Pitbull accepts the Latin AMA Dick Clark Achievement Award at the Latin American Music Awards at the Dolby Theatre on Oct. 26, 2017, in Los Angeles. (Chris Pizzello/Invision/AP Images)

It’s one thing to underscore the vast contributions immigrants have made to the United States of America. It’s another to completely erase the egregious history of slavery while benefiting from it. Rapper Pitbull demonstrated such a faux pas last week at the Dolby Theatre in Los Angeles.

It was there that Telemundo held its 2017 Latin American Music Awards, where “Mr. 305” himself was honored with the prestigious Dick Clark Achievement Award.

As the audience cheered, Pitbull quieted them until their voices simmered into a soft hush. After taking a theatrical pause, he belted out a speech about living life to the fullest, and he went on to pay tribute to those devastated by the hurricanes in Florida, Houston and Puerto Rico and even “those souls in Las Vegas.”

And then, as he was wrapping up his speech, he said: “I want you to remember one thing before I leave here, because I want this to go all over the world. Guys, don’t ever forget that immigrants built the United States of America!”

For those of us who are black and indigenous, that declaration snatched our narrative, our wigs and our edges—all in one foul swoop. At that moment, everyone present should have risen up, gathered all their belongings, made a clean exit and left him to have all the seats in the building.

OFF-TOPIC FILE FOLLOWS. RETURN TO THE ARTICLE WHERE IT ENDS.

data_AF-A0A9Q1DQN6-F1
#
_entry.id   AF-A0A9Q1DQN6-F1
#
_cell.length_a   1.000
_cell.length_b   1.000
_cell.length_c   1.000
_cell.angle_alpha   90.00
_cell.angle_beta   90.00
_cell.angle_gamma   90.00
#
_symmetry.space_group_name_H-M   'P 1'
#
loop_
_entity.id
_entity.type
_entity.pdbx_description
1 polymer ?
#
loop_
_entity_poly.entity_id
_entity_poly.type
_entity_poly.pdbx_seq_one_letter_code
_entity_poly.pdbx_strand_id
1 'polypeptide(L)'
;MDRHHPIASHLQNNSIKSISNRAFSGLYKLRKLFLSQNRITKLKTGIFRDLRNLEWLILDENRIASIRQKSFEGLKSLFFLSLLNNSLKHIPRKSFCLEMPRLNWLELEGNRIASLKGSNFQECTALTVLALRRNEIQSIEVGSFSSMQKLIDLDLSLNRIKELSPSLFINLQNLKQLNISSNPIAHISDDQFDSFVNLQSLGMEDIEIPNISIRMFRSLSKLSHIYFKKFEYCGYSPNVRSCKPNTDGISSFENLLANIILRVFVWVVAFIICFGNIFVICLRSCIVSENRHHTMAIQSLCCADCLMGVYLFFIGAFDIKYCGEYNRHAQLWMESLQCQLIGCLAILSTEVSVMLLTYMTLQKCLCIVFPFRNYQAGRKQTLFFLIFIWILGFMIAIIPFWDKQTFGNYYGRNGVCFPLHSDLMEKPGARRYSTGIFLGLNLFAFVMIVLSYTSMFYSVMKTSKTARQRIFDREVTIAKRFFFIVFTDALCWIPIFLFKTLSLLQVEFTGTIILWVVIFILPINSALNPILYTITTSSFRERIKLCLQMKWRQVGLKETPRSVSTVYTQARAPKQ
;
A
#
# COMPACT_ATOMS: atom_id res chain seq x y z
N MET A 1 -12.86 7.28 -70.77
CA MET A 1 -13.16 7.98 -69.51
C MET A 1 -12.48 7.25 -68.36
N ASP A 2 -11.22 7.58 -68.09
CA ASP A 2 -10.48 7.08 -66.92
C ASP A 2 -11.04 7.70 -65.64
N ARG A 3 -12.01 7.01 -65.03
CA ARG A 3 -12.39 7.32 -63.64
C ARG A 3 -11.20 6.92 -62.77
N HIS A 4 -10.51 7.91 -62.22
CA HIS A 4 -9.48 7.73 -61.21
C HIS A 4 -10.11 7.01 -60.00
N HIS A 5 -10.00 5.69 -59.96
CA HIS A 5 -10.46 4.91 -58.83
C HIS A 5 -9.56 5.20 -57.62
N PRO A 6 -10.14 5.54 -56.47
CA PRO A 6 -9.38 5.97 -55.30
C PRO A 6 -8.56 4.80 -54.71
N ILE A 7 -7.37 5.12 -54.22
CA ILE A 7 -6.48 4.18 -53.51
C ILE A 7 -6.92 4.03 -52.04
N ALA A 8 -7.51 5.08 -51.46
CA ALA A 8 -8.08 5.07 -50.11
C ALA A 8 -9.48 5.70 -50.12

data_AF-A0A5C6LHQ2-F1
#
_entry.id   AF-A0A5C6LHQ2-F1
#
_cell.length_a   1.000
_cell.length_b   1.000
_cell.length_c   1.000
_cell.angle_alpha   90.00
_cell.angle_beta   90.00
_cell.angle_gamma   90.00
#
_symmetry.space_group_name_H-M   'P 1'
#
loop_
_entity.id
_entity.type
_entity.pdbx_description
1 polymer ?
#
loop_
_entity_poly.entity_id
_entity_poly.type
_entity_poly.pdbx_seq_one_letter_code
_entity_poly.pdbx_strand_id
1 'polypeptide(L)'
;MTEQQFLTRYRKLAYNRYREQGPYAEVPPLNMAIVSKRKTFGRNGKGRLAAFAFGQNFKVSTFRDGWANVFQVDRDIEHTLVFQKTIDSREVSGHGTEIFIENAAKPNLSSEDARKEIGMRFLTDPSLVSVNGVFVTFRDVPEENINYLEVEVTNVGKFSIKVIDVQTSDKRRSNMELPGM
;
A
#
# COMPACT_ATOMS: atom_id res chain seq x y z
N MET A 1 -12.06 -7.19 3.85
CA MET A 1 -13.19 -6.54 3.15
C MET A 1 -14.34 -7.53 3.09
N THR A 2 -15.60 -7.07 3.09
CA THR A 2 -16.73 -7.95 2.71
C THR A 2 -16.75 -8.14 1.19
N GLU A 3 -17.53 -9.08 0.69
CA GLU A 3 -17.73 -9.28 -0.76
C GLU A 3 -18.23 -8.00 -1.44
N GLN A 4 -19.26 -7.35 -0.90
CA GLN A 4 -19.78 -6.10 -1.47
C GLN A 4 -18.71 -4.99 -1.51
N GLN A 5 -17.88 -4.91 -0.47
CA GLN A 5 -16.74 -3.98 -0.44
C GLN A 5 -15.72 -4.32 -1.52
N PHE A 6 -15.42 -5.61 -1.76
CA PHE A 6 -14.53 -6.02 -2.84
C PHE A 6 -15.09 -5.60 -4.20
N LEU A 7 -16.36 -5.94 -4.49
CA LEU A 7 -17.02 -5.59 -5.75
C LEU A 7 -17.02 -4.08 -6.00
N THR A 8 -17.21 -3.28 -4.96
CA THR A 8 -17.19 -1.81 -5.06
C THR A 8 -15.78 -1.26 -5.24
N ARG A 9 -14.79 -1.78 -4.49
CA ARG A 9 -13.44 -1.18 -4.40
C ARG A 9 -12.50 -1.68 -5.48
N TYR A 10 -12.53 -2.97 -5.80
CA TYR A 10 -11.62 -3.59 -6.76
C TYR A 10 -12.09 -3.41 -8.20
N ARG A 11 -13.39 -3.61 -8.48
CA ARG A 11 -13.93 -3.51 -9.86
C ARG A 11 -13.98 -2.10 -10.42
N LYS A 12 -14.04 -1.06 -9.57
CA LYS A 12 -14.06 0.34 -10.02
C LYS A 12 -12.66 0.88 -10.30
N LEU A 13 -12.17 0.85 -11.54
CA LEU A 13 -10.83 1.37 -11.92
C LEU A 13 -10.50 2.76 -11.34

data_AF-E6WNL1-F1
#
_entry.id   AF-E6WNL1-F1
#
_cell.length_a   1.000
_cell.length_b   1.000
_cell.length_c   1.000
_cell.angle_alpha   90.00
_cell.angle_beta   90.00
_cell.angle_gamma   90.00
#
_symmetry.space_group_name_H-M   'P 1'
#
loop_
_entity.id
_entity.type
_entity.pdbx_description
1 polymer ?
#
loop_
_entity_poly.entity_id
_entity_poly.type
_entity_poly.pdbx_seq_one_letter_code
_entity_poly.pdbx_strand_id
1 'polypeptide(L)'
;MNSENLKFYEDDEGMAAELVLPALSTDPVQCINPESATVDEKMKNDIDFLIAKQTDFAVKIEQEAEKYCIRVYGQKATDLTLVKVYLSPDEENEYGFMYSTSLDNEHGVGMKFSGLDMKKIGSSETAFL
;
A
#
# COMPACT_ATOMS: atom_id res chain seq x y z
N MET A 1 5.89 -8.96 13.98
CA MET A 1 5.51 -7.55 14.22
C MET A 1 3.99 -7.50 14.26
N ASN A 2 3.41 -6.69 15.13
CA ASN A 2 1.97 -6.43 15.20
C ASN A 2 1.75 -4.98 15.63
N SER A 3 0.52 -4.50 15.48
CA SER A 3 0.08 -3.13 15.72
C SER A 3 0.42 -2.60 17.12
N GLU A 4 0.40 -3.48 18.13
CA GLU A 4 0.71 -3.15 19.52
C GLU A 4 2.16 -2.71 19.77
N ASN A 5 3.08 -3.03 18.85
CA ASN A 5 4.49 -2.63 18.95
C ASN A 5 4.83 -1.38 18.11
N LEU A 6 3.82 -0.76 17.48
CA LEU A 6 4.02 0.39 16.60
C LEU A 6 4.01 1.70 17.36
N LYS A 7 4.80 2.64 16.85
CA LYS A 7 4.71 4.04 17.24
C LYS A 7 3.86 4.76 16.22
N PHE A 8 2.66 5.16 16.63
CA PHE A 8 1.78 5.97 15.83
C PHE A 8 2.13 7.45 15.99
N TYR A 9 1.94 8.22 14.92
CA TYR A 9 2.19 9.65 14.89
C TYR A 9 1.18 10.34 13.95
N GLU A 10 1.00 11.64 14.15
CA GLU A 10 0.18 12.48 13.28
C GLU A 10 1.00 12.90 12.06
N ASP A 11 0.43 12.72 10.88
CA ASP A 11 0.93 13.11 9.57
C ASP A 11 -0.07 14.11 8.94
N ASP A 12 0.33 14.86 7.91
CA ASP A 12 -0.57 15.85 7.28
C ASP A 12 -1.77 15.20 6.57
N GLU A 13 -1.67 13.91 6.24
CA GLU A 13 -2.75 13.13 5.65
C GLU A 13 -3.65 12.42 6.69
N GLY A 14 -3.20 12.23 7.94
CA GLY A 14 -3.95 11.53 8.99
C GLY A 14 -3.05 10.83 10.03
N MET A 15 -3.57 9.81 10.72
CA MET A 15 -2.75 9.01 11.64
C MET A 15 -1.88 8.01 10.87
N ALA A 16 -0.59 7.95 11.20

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While I understand what he meant to convey, what he said completely erased the struggles and contributions of enslaved and indigenous people. Immigrants have contributed immeasurable diversity, beauty and culture to our nation, but that doesn’t mean they built it.

Hearing white people and immigrants at times take credit for the accomplishments of black people becomes overwhelmingly triggering. Whether it’s through cultural appropriation or the exploitation of our labor during “America” season 1, this country wouldn’t be as wealthy as it is without the abuse and misuse of black bodies. It’s as if black people gave America a multitrillion-dollar loan with no interest, and nearly 400 years later, it hasn’t repaid us a single red cent. We’re not even paid the respect we deserve. If anything, America acts as though black and indigenous people are indebted.